I emphasise that any decision to extend the currently permitted purposes of research involving human embryos requires the most careful consideration. I believe that the tenor of today's debate has been that the Government should not be rushed into giving their response on such a sensitive and wide-ranging issue. The HFEA and HGAC consulted widely before making their recommendations. It is right that we take full account of the views expressed in the course of that consultation. The Government's response will be made in due course. Today's debate has been a timely occasion for Members of your Lordships' House to put their views.

These are exciting times in terms of potential developments in science, technology and medicine. We hear regularly of advances; for example, research into treatments for cancer, heart disease and other serious debilitating illnesses. The human genome project, which is close to completion, offers literally amazing potential for better understanding of the genetic contribution to many diseases and the developments of safer medicines. We must not be carried away on a tide of enthusiasm for what might be and allow it to undermine the basic need for a clear-sighted ethical, moral and social evaluation of the consequences of these potential changes. Neither should we be so frightened that we do not make advances which have enormous potential benefits for medicine and humanity.

5.57 p.m.

Lord Alton of Liverpool: My Lords, it is customary for those winding up these short debates to be brief. I intend to abide by that custom.

I thank the Minister for her remarks about the debate with which I entirely concur. It has been balanced and measured. It has been a timely contribution to the debate about whether cloning of human beings should be permitted. The noble Baroness said that there should be proper access to, and transparency of, all the arguments. I agree. She will be concerned, as I was, that when my research assistant sought to see the submissions he was told that he could do so only under supervision for a period of two hours and could take written notes but could not photocopy the documents. When I requested that the documents be placed in the Library of your Lordships' House, I was told that that would not be

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possible. I believe that it should be possible for us to have access to those documents so that we can reach balanced conclusions.

I believe also that just as the Government were right recently to replace their advisers on environmental matters because they were seen in the wake of the controversy over GM food to be too close to the industry, they should think carefully also about those who have been advising them on these matters.

I am sure that noble Lords will want me to congratulate the noble Baroness, Lady O'Neill of Bengarve, on a magnificent maiden speech. We have a mutual friend who is an academic at St Andrew's University where I am a visiting Fellow. He told me that we could expect erudite contributions from the noble Baroness. We have not been disappointed today. Hers was an authoritative contribution which I know will be weighed by your Lordships. I was especially struck by what she said about the ambiguous and confused heritage which might be the fate of clones were we to proceed down that path. We look forward to her future contributions.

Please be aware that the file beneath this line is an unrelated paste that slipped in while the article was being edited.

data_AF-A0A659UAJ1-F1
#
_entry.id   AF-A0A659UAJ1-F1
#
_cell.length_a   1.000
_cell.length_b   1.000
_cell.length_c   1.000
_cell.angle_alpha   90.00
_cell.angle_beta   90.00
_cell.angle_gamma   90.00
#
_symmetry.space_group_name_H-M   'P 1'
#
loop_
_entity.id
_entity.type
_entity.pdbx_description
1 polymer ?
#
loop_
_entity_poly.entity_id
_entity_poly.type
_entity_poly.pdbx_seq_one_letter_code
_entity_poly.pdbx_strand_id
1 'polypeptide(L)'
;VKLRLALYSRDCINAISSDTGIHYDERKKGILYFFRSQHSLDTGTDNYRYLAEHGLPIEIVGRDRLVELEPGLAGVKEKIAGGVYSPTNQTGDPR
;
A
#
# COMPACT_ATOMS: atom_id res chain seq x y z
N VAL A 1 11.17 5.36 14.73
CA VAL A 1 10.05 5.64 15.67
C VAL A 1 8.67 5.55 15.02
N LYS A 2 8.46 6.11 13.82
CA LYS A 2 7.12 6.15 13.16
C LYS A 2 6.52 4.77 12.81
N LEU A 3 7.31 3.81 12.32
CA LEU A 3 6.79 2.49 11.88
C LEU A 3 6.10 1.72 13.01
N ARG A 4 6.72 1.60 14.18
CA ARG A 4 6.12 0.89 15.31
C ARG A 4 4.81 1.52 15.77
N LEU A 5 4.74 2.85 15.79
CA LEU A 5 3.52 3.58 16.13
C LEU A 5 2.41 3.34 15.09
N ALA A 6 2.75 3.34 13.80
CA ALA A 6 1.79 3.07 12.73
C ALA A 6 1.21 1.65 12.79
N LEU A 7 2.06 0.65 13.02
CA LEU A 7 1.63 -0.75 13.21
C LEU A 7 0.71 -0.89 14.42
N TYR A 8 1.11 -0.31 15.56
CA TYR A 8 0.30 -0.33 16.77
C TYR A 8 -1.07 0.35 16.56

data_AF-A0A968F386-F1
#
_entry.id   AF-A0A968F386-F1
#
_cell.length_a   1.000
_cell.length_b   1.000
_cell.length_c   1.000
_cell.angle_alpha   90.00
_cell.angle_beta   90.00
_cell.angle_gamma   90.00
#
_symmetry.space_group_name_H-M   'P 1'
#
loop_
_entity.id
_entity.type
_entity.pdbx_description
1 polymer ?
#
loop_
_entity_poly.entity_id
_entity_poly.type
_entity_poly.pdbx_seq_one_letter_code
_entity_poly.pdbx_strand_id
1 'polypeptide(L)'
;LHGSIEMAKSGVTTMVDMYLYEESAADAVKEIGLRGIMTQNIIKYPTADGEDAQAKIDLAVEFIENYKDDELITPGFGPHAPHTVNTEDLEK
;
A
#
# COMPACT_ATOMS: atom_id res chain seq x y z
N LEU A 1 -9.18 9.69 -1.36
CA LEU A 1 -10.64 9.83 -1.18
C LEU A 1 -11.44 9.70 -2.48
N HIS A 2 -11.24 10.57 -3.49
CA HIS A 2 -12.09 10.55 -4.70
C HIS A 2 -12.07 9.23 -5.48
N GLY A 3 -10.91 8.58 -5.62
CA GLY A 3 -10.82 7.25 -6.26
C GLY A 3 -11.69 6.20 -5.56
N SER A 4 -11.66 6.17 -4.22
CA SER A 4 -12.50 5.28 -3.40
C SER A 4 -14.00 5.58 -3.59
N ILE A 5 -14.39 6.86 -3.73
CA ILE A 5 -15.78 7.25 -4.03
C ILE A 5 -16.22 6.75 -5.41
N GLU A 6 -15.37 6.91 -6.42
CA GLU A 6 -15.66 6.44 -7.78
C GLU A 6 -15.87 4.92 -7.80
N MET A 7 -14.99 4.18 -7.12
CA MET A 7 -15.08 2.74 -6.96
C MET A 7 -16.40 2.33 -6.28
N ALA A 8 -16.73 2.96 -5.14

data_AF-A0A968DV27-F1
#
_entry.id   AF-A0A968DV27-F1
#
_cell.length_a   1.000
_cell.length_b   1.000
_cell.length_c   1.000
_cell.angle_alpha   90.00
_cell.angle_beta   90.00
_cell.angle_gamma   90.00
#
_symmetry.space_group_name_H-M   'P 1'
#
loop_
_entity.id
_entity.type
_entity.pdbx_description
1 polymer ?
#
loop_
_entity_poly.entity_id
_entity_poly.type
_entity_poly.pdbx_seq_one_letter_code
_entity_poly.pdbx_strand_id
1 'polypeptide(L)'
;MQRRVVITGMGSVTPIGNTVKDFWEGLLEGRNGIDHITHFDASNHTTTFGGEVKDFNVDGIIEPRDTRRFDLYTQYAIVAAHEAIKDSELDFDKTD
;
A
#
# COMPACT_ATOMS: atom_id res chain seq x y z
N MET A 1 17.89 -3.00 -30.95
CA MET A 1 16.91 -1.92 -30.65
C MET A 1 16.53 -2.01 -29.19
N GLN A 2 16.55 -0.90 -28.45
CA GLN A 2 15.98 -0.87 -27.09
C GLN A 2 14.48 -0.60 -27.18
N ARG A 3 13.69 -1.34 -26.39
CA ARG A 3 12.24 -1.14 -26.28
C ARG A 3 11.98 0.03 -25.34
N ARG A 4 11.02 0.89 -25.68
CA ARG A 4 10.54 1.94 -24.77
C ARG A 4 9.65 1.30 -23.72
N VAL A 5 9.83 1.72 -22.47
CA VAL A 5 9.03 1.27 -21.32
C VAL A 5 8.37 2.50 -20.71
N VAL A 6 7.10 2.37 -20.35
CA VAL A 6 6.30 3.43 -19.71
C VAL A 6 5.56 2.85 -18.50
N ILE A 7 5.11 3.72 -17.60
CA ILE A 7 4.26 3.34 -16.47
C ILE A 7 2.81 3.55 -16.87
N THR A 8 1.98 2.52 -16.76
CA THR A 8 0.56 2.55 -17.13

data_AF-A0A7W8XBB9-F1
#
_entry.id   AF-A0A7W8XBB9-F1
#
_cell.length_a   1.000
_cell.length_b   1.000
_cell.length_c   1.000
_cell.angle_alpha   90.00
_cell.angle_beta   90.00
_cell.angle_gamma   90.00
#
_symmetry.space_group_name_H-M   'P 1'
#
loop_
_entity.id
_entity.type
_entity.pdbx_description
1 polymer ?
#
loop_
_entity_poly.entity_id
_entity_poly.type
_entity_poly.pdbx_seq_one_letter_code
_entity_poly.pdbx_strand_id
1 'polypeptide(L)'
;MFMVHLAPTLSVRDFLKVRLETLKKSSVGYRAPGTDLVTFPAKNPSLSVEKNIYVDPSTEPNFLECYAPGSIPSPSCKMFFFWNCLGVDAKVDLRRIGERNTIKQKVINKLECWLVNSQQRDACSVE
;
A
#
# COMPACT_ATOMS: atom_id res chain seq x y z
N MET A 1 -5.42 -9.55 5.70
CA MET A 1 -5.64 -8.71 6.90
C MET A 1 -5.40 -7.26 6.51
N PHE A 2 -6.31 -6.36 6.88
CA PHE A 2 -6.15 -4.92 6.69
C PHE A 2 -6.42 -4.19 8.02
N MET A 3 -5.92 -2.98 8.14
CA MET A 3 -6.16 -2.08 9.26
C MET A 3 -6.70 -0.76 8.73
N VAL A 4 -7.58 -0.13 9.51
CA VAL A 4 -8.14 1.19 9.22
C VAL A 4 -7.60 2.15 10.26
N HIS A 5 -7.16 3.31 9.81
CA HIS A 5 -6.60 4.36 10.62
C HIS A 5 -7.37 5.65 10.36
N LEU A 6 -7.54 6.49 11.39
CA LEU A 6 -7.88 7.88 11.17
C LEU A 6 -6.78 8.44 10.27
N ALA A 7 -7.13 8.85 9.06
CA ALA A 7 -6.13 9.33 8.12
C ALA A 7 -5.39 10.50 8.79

Today, we have heard voices from all parts of the House ranging across many different traditions, ideologies and religions. I was struck by the speeches of my noble friend Lady Ryder of Warsaw; the noble Earls, Lord Longford and Lord Perth; my noble friend Lord Jakobovits and the noble Lord, Lord Stallard. Those voices speak to us out of the din of the hard lessons of the 20th century. They embody wisdom gleaned from this, the bloodiest of centuries. I hope that Members of your Lordships' House who were unable to be present today will read those contributions and ponder their wise advice.

The noble Lord, Lord Jakobovits, told us that we should at all times be prepared to think again and to exercise caution. He called for a moratorium, which I am sure all of us who have spoken today will take to heart and, it is to be hoped, agree with.

The noble Lord, Lord Ashbourne, and the noble Baroness, Lady Blatch, raised many moral questions embodied in the debate. My noble friend Lady Knight--she is my noble friend for the purpose of these debates--with whom I co-operated in another place on many such issues, has often been vilified for raising them. She was one of 29 who in 1967 voted against the Abortion Act. Four years ago in another place, we worked together when there was an attempt by scientists at the Rosslyn Institute to take embryos from aborted baby girls to use in fertility treatments. What an extraordinary way that would have been to have come into this world if your Lordships and Members of another place had not decided to use the Criminal Justice Bill to outlaw such a proposal. What a way to come into the world, to have an aborted foetus as your mother, her life having been taken by your grandmother. Just because something may be scientifically possible does not make it right.

The noble Lord, Lord Winston, who I admire enormously and with whom I am often a combatant on these questions, both here and outside, inevitably disagreed with me today. But that does not diminish my respect for him. Indeed, his is a voice to which people will listen and I hope that he will weigh the awesome

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responsibilities that scientists have in such matters. I am not against science--far from it. I agree with my noble friend Lord Jakobovits that science must be harnessed for the benefit of mankind. It is an important profession. The noble Lord, Lord Winston, accused me of using a blunderbuss and missing my target. He will forgive me if I tease him for sometimes being a moving target. Today he told us that it would not happen, but he has also said that it could happen and be beneficial. In The Times of 24th February 1997, he said:

    "There is no medical reason for cloning humans and there are obvious risks. I don't think that anyone seriously believes that there would be any benefit to cloning humans". I agree with that entirely, but in the Independent of Monday 12th January 1998, he said:

    "I don't know if cloning human beings could bring benefits, but I think probably, yes". Therefore, we are entitled--